"No Jab, No Job could be one of the most ridiculous decision that a company could make as they may have staff who, due to their own medical circumstances, are unable to take the vaccine — and those who simply won't take it until more research is done especially with the survival rate of COVID-19 being so strong for most young, fit and healthy people. The whole idea is highly undemocratic and draconian. People should be allowed to make their own decisions and if they wish to take the jab, that's great."
"I don't think it is wise to start implementing blanket vaccination policies in the workplace. People may not be vaccinated for many reasons and that should be respected."
"No jab, no job is bound to bring about discrimination cases with a scenario of not granting a job due to lack of a medical procedure having taken place sailing pretty close to the Disability Discrimination Act. "Instead of treating the masses like sheep by forcing them to stick to rules they will naturally feel like rebelling against, why not educate more on the completely non-discriminatory way viruses spread? All my staff want to come to the office and all are happy to have been jabbed. Their personal choice but also an informed one. No sticks required."
"Requiring people to be jabbed is akin to insisting women wear mini skirts and guys wear tuxedos to work, a woefully impractical not to mention archaic discriminatory policy. "It's known that jabs don't stop people either getting Covid or transmitting it. Whatever happened to encouraging people to be healthy rather than to take the latest drug?"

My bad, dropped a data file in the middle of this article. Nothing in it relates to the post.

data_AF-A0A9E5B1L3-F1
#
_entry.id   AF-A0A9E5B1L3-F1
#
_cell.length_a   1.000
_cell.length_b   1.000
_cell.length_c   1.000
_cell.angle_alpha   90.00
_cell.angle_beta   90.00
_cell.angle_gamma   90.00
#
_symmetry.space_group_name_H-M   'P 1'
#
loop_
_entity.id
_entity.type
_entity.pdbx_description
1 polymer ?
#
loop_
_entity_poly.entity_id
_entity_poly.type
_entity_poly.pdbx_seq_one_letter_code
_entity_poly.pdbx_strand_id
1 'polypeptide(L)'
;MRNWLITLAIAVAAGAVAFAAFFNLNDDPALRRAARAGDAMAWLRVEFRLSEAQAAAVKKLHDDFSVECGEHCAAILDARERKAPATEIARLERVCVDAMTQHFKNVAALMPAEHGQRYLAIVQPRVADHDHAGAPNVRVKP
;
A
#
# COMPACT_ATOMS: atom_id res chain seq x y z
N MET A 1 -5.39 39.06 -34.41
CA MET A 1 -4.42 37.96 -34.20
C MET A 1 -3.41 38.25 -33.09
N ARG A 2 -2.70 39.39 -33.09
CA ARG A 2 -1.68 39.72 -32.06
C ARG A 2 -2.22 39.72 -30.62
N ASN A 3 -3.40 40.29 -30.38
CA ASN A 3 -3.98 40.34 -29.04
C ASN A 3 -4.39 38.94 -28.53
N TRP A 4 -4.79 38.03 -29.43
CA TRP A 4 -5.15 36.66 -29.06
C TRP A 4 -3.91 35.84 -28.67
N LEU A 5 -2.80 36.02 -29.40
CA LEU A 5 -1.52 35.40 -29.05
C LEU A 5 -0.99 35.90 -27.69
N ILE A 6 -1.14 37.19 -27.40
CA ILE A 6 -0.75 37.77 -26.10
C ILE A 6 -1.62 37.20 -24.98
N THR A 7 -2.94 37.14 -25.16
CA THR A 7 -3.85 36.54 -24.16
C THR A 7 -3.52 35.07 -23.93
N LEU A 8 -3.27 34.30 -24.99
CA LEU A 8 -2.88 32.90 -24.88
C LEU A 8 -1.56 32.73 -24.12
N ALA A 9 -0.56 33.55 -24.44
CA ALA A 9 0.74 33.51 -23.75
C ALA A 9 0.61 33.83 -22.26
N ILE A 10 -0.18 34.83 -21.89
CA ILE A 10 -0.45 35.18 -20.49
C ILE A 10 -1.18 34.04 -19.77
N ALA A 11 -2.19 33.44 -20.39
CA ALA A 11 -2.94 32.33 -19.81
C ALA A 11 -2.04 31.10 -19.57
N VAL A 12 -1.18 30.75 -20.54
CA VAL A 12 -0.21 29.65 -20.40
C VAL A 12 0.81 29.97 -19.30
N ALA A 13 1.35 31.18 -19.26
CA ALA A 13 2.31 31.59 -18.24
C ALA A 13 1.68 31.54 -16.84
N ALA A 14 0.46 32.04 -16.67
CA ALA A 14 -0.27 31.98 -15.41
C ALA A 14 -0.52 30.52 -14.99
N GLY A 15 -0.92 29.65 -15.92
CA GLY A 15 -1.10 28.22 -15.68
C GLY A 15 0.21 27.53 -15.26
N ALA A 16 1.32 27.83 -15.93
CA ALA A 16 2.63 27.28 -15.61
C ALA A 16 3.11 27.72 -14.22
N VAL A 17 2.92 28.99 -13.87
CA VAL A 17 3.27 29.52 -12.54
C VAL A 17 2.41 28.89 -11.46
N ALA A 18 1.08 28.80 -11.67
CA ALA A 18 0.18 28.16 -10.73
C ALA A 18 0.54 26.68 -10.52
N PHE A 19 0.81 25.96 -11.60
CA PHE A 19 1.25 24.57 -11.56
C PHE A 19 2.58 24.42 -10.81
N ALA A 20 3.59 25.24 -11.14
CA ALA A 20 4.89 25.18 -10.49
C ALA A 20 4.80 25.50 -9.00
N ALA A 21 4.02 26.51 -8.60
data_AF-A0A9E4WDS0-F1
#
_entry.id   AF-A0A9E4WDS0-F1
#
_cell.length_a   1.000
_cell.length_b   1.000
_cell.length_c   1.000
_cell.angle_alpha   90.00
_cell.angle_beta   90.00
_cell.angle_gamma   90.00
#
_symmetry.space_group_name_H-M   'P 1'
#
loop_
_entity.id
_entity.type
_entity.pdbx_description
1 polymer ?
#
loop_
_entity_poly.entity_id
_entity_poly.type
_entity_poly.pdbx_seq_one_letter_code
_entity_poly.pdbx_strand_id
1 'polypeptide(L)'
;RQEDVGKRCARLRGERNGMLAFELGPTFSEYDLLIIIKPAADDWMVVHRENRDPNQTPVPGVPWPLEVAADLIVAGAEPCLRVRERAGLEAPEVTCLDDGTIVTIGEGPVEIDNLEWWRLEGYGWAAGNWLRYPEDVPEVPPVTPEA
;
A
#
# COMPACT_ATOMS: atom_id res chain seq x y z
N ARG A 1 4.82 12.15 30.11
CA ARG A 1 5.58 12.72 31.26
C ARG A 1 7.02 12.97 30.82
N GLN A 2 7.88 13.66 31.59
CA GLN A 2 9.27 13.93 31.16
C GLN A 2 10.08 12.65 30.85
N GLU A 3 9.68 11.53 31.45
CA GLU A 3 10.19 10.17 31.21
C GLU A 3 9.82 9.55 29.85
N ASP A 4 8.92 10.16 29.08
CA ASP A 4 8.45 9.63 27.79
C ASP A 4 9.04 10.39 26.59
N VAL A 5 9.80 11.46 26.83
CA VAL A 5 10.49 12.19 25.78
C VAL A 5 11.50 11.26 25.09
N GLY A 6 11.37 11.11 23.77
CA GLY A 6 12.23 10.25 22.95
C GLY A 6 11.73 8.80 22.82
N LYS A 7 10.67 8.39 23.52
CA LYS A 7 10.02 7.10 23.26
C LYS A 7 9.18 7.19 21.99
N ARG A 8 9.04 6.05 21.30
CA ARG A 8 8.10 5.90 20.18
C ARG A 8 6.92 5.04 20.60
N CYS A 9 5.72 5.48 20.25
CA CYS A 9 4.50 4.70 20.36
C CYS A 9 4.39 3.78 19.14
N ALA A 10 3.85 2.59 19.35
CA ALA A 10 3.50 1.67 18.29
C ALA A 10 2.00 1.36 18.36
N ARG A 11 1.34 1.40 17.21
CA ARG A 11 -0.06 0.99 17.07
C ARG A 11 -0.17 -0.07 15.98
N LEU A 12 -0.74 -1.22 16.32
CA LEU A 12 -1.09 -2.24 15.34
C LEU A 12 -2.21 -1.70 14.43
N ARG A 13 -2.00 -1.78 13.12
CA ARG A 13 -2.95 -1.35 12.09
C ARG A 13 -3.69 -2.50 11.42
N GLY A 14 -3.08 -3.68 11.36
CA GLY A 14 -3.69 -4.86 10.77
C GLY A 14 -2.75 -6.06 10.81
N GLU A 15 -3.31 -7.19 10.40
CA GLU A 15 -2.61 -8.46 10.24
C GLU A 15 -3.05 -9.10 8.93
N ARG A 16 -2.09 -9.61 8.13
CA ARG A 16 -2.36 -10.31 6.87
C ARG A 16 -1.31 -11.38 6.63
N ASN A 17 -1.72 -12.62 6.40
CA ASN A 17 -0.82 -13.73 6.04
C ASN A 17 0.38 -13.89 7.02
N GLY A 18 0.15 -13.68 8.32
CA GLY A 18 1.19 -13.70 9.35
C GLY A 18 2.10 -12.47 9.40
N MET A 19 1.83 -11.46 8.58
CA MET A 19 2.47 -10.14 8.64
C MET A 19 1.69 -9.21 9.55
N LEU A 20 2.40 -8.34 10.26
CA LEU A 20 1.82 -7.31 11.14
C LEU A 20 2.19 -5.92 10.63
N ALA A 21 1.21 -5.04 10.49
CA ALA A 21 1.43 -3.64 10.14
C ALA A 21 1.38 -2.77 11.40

“Employers should proceed with caution. The EHRC warned that blanket mandatory vaccination policies, applied inflexibly, are "likely to be unlawful” and amount to indirect discrimination. "Indirect discrimination could arise relating to several protected characteristics, for example on the grounds of age, where younger workers are more cautious of being vaccinated due to the lower risk of hospitalisation. "Disability, where some of the vaccines are not suitable for some individuals with suppressed immune systems or certain allergies. "Pregnancy or maternity, due to the change in government advice from this group should not be vaccinated to should be, some to be mothers may be cautious. "Sex, where some young woman may wish to delay vaccination if they are attempting to conceive. "And religion or belief, or philosophical belief, for example gelatine derived from pigs is often used in mass-produced vaccines which may be a concern for Muslim, Hindu, Vegan or Vegetarian employees. "Finally, there is a hot debate whether employees that have a strongly held belief that vaccines are harmful to public health (anti-vaxxers), and whether this could constitute a ‘philosophical belief' as a protected belief. "Current thinking it that this unlikely under the exisiting case law test developed to determine the requirements of what constitutes a belief. That said, case law evolves and it will be the courts that will ultimately determine this. In summary, a blanket approach is not advised; employers should by all means encourage employees and consultation with your workforce will be key."